Everything is in a state of motion. Nothing is fixed, and amid this confusion and volatility, much can still happen. Such ambiguity benefits foreign forces, many of whom feel it is in their power to change the shape of the war, or at least to pursue their narrow national interests within Syria. Continue reading →
Turkey’s recent referendum was contentious, its process fraught with problems. Many have suggested that it was illegitimate, but this is less important than the result. That result is significant. President Recep Tayyip Erdoğan of Turkey claimed victory in a constitutional referendum on the question of awarding him sweeping new powers. Continue reading →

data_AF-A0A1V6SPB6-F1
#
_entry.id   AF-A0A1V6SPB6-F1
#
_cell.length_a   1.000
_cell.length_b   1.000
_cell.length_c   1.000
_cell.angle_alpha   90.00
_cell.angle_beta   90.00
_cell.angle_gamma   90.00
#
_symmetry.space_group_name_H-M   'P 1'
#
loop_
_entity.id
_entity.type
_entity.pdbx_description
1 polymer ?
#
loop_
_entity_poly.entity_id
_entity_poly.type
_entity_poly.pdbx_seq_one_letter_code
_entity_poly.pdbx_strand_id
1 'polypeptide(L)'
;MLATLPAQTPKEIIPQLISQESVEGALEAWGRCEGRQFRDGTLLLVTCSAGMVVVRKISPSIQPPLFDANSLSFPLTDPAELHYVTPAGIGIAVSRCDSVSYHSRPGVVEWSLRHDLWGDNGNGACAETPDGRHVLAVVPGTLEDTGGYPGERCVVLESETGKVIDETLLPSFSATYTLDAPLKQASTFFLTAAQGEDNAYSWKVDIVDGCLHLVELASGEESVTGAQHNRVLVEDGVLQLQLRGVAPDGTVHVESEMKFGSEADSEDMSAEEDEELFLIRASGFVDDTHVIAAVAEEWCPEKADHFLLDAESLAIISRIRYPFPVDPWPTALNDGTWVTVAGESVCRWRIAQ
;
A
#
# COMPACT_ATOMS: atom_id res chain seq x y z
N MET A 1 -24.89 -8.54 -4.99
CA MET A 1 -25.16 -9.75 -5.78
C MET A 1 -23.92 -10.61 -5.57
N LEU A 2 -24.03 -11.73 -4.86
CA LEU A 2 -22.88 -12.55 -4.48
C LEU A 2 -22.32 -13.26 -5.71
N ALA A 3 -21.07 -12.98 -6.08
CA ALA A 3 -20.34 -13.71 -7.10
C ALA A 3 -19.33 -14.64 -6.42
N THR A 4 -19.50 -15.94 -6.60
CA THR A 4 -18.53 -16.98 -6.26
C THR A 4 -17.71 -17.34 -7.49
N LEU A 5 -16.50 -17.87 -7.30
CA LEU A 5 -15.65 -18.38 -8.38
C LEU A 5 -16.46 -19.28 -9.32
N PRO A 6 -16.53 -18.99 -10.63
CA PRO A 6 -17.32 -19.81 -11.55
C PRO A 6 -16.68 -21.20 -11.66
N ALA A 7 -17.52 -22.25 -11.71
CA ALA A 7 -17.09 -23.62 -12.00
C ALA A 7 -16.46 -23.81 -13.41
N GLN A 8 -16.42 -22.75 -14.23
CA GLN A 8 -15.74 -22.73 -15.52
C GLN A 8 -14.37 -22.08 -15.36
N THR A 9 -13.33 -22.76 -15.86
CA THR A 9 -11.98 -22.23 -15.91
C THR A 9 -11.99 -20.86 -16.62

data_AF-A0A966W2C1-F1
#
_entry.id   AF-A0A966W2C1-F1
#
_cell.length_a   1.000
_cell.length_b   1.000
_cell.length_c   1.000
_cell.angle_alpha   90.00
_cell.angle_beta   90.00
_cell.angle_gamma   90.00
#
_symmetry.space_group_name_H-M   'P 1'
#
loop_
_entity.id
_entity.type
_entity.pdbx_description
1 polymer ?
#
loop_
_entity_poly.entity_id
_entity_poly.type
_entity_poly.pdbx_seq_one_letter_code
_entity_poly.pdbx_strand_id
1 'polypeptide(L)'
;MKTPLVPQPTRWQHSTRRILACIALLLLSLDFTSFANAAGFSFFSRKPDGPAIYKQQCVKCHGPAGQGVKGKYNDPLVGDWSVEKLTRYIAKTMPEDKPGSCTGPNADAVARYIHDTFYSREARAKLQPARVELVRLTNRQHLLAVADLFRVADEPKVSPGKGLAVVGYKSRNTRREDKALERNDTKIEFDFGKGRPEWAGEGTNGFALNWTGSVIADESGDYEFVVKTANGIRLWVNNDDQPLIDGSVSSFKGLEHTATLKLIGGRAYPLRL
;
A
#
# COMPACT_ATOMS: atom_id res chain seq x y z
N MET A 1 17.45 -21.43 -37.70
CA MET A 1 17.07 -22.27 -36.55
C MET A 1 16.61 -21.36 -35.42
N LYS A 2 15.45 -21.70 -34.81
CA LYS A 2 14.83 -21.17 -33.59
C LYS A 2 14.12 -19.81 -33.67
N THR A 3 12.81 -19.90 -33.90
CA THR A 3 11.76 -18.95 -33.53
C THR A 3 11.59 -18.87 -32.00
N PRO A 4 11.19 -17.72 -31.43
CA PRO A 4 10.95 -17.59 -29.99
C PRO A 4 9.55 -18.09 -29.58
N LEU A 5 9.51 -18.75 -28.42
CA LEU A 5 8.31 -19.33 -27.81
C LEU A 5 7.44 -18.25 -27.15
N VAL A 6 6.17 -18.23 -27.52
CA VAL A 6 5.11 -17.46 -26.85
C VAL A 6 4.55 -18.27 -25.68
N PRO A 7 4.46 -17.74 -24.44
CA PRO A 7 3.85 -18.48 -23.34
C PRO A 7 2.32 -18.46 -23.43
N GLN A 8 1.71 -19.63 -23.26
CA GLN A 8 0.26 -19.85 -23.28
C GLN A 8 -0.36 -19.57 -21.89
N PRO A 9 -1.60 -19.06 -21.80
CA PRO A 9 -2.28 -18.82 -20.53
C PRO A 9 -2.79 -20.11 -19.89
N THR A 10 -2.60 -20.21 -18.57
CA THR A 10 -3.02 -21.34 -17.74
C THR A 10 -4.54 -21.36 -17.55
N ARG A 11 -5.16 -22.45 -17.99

The nation of Turkey has, it seems, few defenders. Once the receptacle of popular goodwill and support – in Europe generally and not least in Britain, where many public figures advocated on behalf of its joining the European Union – the country has become instead something of a pariah. In the increasingly fevered final stages of Britain’s EU referendum campaign, Turkey (and its projected entrance into the Union, with its single market and free movement of labour) is used as a byword for increased migration, something which has become an essential preoccupation of many British voters. Continue reading →
It’s official. Boris Johnson, the former Mayor of London who until recently was the favourite to succeed David Cameron as Prime Minister, is Britain’s new Foreign Secretary.
It is his voice, not that of the more sedate Philip Hammond, which will now shape British foreign policy, and it is his visage which will be increasingly associated with the British nation, by allies and friends as well as enemies the world over. Continue reading →